We are living in extremely stressful times feought with anxiety, with new challenges daily, losses all around and more often than no, no one around to confide in. This results in all sorts of stress and anxiety and we need a little help in how to manage this.
The best remedy for anxiety is self-examination and action. Here are some easy steps to start with:
First, look inside. What is causing you to worry? Ask yourself this question and think carefully about your answer. Be specific. (For some situations, this may be readily apparent; other times, you may really have to think about it.) Writing it down or talking to a friend about it can help you sort out your feelings.
Then, decide what action, if any, should be taken. Try to figure out what part of the situation is under your control. Assess the problem to see whether the threat is real, or if you are blowing it out of proportion. If the problem is just a hypothetical situation or a worst-case scenario, decide if it is really likely that your fears will actually come to fruition.
Next, come up with a plan that tackles the part of the problem that is under your control. Taking action to protect yourself is a good way to channel nervous energy and provides reassurance against your fears. It is, in most cases, the healthiest response to realistic fears and worries. You may not be able to fix the entire problem, but even taking some steps toward improving your situation can significantly minimize your anxiety.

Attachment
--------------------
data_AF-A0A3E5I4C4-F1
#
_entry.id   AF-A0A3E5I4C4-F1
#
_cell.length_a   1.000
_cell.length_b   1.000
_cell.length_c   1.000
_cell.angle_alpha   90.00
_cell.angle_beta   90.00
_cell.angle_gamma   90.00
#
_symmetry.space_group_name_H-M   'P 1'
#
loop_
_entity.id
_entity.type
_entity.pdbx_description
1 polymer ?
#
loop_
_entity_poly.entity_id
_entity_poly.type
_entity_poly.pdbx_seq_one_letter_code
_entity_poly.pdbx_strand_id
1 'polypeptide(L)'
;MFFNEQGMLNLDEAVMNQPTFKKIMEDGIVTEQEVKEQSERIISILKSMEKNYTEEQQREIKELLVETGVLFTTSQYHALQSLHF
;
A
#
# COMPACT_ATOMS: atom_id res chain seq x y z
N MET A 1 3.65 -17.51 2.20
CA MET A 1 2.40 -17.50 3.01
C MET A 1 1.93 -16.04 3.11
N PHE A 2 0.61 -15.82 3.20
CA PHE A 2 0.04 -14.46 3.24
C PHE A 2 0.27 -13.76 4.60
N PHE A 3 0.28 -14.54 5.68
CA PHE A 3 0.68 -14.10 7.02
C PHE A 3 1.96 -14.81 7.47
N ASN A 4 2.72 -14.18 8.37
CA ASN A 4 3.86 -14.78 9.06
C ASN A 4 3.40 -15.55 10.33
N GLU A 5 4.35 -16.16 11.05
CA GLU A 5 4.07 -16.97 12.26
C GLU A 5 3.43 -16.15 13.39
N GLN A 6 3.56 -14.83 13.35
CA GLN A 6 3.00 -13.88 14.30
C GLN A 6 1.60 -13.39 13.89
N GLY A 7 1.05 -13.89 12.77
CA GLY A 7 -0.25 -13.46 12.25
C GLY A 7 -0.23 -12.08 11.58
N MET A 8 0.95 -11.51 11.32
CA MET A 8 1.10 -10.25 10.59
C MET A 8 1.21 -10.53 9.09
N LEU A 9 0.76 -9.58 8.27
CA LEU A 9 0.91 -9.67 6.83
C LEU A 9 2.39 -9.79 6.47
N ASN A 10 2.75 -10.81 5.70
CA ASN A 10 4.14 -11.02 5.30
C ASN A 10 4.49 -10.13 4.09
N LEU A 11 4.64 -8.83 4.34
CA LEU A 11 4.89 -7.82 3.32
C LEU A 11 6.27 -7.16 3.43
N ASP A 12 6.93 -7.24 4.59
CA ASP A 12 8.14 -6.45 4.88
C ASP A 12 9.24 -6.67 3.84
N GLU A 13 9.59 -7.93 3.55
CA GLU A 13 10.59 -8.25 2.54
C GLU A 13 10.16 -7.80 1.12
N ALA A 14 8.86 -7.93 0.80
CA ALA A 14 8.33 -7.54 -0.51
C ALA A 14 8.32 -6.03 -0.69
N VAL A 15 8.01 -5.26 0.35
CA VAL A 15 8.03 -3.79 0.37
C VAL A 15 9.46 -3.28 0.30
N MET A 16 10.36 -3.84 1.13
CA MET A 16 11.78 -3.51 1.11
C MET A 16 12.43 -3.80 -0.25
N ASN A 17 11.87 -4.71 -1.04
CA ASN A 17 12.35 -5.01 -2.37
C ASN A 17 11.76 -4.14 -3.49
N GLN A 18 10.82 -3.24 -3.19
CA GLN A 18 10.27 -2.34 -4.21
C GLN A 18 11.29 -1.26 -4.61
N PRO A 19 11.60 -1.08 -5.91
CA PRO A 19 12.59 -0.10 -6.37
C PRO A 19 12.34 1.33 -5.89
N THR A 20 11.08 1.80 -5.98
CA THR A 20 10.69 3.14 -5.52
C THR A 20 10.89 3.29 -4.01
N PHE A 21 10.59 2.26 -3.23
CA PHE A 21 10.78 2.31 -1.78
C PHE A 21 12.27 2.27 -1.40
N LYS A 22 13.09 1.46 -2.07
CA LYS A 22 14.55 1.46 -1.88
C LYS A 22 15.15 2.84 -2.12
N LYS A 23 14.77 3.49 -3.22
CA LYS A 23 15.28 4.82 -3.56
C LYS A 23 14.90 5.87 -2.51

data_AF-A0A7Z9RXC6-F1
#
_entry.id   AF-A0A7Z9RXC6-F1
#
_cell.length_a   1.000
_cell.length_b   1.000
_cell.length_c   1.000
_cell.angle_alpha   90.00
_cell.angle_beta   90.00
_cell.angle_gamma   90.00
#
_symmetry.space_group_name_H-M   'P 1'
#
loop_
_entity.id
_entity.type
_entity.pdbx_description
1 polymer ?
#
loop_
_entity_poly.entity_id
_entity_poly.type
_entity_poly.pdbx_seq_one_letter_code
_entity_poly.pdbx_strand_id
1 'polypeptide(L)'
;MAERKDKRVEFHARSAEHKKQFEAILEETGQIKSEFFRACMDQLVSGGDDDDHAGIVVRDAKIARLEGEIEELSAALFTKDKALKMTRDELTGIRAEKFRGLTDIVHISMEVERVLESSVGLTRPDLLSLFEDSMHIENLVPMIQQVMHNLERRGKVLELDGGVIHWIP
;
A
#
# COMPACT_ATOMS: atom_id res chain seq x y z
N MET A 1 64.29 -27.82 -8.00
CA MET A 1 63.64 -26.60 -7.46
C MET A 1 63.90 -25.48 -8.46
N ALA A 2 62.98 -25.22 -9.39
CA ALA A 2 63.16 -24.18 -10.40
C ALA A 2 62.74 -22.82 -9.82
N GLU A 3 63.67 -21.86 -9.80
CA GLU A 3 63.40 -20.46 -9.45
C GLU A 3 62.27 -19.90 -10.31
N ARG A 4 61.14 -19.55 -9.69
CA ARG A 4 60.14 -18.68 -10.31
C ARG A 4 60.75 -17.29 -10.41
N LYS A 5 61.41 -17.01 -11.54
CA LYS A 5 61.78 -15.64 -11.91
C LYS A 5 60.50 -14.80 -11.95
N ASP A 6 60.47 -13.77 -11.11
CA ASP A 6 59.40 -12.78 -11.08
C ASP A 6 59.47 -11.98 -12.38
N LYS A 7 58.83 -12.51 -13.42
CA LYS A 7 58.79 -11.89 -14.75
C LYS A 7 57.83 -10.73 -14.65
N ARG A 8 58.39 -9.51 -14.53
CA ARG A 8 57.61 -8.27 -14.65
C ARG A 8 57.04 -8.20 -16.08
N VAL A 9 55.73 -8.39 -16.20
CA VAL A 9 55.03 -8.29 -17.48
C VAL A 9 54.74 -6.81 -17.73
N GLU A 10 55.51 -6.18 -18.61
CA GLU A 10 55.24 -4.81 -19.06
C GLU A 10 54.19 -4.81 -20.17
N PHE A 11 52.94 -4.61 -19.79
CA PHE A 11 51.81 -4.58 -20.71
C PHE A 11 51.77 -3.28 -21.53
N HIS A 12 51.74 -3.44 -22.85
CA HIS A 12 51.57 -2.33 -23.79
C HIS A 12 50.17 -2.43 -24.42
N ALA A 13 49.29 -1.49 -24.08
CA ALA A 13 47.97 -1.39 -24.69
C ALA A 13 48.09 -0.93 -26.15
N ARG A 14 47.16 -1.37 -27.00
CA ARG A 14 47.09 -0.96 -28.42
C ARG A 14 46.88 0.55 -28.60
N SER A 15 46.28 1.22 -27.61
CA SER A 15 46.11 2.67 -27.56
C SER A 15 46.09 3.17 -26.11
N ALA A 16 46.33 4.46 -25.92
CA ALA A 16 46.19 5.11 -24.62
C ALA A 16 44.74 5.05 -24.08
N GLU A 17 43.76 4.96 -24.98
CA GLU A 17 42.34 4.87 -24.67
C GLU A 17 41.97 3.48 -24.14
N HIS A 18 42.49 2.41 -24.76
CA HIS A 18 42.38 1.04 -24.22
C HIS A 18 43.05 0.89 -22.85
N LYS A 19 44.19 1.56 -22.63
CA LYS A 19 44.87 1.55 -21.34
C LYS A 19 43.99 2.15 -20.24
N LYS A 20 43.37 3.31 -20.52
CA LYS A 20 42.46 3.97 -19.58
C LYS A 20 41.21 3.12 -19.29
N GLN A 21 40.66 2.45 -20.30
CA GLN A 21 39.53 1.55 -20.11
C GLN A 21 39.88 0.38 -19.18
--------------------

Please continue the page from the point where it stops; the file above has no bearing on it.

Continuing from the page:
Once you have done all you can, just let it go. Like everything in life, this is easier said than done, but with practice, you can get pretty adept at letting go of excessive levels of stress and anxiety. You can do this by focusing on something else, reminding yourself of the solutions you have worked on, or trying some stress management strategies that can help you feel more centred and at peace, such as prayer or meditation, journaling about your feelings, or listening to music. Getting regular exercise has been found to be especially helpful in combating the physical effects of anxiety and stress.